“We just scrambled through life, and I was quite grateful that there was no life expectancy because I’m not sure I’d be able to deal with that side of it,” Andrew said.
“With Phoebe, we take it day-by-day; there’s nobody saying she’s only going to live until she’s 20 or 30, so, for me, it was a relief and we just carried on regardless.”
Since Phoebe’s diagnosis, the family have had to make many adaptations in their home to accommodate her needs.
They have spent approximately £50,000, including grants, on installations such as ceiling tracking, which allows Phoebe to move around the house in a suspended hoist; a changing table which hangs over the bath; and a lift which moves between the kitchen area and her bedroom.
Along with Phoebe not being able to walk or talk, she only eats pureed food and follows a strict diet; she struggles with reflux and constipation; she is partially sighted and has mild scoliosis; she is incontinent, meaning she has to wear nappies; and she had epileptic seizures.
Phoebe is on very little medication, but physio is extremely important in order to keep her “fit and well” and she stands up everyday using an adult walking frame and a stander, and has splints to support her ankles.
She enjoys visiting her day centre, going outside in her three-wheeler buggy, and swimming, and will often “smile” when participating in a particular activity or conversation, but one of the most difficult aspects for the family is communication, as she “has never spoken any words”.
Sarah said: “I think everyone has the right to be able to communicate, so we have to do everything we can to give her that opportunity.”
Chloe added: “She’s never going to have a conversation with you… but you’ve just got to keep trying, to see what she likes, and if something’s making her smile, then keep doing it.”
While the family face many challenges in looking after Phoebe, they work together as a “really tight unit” and occasionally receive respite care.
Sarah is Phoebe’s full-time carer and no longer works, as she requires 24/7 care, but this allows her to help Andrew and Chloe juggle multiple roles, as they both have full-time jobs.
Chloe said she is always happy to help to give her mother some time to herself, and Andrew helps with night shifts after work – but one of the most challenging aspects of care is “the relentlessness”.
“It’s not going to change,” Chloe said.
“It’s not like, with my little boy, I can think, ‘oh, in a couple of years, he’ll be feeding himself’… it’s always going be like this with Phoebe.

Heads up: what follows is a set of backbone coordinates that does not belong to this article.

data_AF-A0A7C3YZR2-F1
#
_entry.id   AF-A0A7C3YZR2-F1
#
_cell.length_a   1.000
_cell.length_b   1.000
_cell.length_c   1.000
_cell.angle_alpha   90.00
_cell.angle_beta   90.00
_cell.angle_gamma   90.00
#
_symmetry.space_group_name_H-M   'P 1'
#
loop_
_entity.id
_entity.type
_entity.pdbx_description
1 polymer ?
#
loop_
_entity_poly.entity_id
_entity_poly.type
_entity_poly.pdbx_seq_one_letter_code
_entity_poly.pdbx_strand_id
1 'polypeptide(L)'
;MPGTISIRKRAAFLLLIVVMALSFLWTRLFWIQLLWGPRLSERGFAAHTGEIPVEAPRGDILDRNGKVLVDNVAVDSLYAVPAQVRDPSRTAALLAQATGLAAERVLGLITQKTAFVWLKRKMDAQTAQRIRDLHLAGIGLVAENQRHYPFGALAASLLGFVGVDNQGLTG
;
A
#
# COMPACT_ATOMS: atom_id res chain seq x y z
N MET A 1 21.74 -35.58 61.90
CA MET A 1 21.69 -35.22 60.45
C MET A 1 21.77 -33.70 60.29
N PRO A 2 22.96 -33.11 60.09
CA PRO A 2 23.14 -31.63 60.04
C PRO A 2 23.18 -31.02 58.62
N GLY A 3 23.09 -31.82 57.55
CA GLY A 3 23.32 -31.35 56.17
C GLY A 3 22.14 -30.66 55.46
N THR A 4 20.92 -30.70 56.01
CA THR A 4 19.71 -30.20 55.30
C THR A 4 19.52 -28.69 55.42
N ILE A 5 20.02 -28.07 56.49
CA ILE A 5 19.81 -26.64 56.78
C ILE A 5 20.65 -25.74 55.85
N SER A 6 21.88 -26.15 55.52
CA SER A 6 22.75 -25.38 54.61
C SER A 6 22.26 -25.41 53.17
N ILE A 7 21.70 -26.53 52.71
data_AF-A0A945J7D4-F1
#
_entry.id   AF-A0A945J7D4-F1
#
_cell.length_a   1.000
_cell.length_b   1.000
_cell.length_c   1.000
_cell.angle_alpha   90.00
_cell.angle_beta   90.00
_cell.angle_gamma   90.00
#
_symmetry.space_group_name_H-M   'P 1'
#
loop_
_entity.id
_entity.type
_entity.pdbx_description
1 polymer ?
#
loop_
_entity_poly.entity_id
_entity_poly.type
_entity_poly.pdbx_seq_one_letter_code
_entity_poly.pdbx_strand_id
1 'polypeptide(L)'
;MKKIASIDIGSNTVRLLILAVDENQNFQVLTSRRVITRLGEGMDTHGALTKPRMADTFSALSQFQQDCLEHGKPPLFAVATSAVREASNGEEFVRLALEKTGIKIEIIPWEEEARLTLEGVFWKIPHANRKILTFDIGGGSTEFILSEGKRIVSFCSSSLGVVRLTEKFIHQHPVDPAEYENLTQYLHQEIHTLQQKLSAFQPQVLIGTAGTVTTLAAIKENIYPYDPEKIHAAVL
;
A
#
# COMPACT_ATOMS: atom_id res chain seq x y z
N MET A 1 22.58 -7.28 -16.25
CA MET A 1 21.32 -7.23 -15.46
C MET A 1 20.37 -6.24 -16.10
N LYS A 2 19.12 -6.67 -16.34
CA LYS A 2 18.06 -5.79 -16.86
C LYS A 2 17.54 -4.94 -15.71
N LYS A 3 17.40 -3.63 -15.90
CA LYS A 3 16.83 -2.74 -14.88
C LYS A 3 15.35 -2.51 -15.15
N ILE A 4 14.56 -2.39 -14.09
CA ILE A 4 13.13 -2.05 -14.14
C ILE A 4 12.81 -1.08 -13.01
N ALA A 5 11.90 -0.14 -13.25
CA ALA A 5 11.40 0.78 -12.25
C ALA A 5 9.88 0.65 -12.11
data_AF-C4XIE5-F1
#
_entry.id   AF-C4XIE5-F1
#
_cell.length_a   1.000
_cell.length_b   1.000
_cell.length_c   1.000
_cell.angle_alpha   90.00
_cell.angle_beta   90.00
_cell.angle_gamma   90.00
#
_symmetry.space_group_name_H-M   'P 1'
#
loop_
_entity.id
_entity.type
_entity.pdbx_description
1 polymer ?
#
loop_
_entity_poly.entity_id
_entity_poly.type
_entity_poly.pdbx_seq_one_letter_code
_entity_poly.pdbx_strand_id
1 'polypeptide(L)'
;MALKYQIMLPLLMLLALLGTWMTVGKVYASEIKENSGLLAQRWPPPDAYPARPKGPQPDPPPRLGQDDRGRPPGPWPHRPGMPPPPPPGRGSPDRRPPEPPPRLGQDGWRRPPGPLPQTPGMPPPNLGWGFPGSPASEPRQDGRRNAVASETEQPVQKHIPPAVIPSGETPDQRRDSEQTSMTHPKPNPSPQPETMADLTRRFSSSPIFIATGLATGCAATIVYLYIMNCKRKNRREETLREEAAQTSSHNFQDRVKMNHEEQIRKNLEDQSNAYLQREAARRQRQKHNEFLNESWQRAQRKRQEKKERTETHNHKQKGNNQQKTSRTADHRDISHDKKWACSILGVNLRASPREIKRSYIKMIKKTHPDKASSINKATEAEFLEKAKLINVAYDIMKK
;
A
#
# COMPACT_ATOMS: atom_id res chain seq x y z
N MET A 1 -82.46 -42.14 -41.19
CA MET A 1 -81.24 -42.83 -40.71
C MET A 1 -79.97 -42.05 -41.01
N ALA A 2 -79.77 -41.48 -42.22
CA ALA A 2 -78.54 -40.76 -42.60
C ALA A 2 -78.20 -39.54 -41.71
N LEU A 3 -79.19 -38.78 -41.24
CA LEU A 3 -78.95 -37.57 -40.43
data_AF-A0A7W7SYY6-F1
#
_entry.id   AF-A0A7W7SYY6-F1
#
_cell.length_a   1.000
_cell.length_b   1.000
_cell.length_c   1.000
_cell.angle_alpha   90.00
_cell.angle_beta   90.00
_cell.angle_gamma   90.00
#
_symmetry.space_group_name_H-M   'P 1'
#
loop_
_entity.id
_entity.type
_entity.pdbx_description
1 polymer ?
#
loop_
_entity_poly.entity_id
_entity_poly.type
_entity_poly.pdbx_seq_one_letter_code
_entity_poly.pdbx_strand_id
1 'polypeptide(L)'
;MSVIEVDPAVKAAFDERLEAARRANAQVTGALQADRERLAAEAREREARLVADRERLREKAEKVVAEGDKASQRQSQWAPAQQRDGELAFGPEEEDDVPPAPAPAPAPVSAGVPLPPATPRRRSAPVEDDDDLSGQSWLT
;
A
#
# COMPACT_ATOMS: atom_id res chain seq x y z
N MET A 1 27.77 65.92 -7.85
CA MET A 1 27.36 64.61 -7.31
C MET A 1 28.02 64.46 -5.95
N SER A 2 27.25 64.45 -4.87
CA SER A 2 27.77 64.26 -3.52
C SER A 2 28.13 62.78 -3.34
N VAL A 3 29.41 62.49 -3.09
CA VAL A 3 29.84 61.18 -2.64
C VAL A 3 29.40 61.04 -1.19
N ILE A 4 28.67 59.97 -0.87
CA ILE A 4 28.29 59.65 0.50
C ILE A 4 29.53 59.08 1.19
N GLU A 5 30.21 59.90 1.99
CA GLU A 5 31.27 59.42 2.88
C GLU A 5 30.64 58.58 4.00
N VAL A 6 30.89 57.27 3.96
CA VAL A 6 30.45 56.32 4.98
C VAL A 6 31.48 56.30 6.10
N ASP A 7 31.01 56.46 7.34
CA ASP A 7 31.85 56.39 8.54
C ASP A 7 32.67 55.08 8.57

“But that’s my sister, I don’t know any different and that’s just the way she is.”
The family said Phoebe is like “a 22-year-old in a baby”, but they are very grateful she is not in hospital and they feel that Phoebe has brought them even closer together as a family.
Their “family bond” keeps them going and they believe that the key is “being open and honest and talking to each other”, as well as “not worrying about things you can’t change”.
They hope to raise awareness of Pitt-Hopkins Syndrome and reassure carers that they are not alone and are appreciated, as they believe their “best bet for Phoebe’s future is that carers are valued and recognised”.
“If someone else did get a diagnosis and saw our story, I think that would be so positive because they’d be able to see it’s not all doom and gloom,” Chloe said.
“Having a sibling with disabilities isn’t the worst thing, it’s the best thing that could have happened.
“There is always someone that’s got it harder than we have.”
Sarah added: “I am passionate, especially now we’ve come out of education and we’re in the care system, in the role that carers play.
“Our biggest hope for the future is that the role of carers can be boosted, that they’re valued, so therefore, that will give us the confidence that she’s in a system that is not broken.”
For more information about caregiving and available support options, visit TENA’s #NoLoveLikeIt Carers Support Hub: https://www.tena.co.uk/familycarer/carer-support/no-love-like-it
To find out more about Pitt-Hopkins Syndrome, visit: pitthopkins.org.uk/